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Stop Complaining About Monday, You’ll be Just as Depressed Tomorrow

Researchers debunk the myth of Miserable Mondays. Turns out, we hate all days equally

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Even kids think Mondays are the worst. Image: Chung Chu

You woke up this morning and thought, “Oh boy, Monday.” Mondays are the worst. Everyone understands this universal fact. We have cases of the Mondays, the Monday blues, and Monday is the most common day for suicide.

But science says that actually, you’re not really in a worse mood today than you will be tomorrow. A study released (not on a Monday, for the record) in the Journal of Positive Psychology reveals that while we think we’re more unhappy on Mondays, we’re not. In fact, Monday moods are no worse than any other day of the week except for Friday.

“Cultural myths may vastly over-emphasise actual day of the week mood patterns,” writes Professor Arthur Stone, author of the paper, concludes.

In fact the “most depressing day of the year” is on a Monday. Dubbed “Blue Monday,” it falls on the third Monday in January. Turns out, that’s not real either. As Ben Goldacre points out, the premise of “Blue Monday” was dreamed up by Sky Travel, a PR company, just in time for people to take a summer holiday. How convenient.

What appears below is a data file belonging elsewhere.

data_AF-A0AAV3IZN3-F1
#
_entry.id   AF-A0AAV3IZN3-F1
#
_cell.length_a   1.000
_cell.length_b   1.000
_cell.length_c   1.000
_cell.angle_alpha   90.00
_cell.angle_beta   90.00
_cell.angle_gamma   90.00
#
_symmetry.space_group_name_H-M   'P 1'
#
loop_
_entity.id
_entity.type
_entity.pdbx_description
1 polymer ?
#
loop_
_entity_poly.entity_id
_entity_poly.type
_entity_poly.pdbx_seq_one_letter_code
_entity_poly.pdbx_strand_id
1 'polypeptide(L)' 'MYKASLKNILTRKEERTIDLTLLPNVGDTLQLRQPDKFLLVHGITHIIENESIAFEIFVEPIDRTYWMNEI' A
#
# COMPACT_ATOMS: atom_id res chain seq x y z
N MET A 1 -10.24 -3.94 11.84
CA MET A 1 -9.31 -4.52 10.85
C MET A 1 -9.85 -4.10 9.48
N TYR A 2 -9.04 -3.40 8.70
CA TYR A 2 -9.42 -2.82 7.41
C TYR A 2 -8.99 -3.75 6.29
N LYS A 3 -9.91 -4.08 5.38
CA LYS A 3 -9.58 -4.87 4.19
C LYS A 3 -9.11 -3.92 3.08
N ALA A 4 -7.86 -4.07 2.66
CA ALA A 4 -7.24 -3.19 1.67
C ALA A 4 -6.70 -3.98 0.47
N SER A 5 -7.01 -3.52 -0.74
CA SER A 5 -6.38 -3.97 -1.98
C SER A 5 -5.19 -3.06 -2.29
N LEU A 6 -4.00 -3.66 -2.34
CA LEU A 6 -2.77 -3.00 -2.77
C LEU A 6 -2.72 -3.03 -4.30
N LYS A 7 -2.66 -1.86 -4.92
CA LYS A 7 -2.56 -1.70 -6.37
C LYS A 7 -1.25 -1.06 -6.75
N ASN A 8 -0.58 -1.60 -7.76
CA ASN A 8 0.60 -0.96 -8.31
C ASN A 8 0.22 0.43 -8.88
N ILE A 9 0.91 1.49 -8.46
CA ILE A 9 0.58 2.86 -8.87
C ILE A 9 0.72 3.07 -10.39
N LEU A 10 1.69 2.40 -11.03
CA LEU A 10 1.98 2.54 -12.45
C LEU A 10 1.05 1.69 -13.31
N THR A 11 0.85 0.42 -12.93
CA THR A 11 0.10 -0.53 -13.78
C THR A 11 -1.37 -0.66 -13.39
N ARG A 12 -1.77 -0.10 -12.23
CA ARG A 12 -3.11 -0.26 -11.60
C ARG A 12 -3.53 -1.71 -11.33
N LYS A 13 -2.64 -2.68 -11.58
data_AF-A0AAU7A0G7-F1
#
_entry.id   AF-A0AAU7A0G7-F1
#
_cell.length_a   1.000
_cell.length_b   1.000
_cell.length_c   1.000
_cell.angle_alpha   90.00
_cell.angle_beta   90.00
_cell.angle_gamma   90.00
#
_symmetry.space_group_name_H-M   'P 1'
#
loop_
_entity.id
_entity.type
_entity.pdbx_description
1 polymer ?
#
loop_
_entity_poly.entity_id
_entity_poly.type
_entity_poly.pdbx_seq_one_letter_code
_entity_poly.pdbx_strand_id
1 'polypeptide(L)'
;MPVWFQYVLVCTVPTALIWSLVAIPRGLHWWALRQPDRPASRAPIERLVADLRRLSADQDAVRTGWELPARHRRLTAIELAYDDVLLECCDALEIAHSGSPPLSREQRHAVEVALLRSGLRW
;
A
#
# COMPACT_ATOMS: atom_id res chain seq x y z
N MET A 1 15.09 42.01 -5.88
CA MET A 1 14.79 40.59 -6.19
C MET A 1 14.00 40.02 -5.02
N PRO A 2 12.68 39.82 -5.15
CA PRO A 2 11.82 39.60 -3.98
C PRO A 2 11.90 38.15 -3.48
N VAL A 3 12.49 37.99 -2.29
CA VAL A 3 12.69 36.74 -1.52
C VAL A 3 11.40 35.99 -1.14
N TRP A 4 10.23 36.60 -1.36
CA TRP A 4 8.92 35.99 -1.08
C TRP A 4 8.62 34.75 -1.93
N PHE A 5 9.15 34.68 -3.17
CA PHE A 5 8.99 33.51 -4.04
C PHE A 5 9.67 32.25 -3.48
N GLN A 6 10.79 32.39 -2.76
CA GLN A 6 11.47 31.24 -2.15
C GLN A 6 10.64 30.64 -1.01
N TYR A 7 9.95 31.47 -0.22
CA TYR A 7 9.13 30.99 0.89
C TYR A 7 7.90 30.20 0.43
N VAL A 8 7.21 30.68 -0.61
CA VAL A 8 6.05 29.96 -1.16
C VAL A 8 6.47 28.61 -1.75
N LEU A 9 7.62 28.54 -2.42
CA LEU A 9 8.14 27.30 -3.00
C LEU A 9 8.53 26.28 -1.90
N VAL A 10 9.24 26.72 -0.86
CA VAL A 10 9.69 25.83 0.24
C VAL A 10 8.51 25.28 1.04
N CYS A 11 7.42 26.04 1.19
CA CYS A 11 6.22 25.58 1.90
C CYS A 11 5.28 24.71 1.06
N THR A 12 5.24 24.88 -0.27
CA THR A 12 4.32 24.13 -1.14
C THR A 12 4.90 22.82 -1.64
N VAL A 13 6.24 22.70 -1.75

Another study, last year, found that it takes people in Britain until exactly 11:16 a.m. to smile on Mondays. That study was funded by Marmite, a food spread. Which explains why the smiling time fell exactly in the middle of the traditional morning tea break taken by British workers – and the most likely time they’d eat Marmite.

The Minnesota Post points out yet another wacky Monday “study”:

Another British survey found that people tend to complain more on Mondays. According to a spokesperson for the company that funded the “research,” the average person apparently whines (or whinges, as the Brits often say) for about 34 minutes on Monday morning compared to just 22 minutes on other weekdays. The spokesperson also told the press that the survey found health-related problems to be a leading factor behind all that Monday-morning complaining.

And who was the funder of that survey? A pharmaceutical company.

Essentially, the “science” behind these Monday blues is spotty at best, and your Monday depression is probably simply in your head. So buck up, you’ll be just as unhappy tomorrow as you are today.

Happy Monday!

 

More at Smithsonian.com:

New Gene Provides Link Between Stress and Depression
A Depression- Era Playlist

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About Rose Eveleth
Rose Eveleth

Rose Eveleth is a writer for Smart News and a producer/designer/ science writer/ animator based in Brooklyn. Her work has appeared in the New York Times, Scientific American, Story Collider, TED-Ed and OnEarth.

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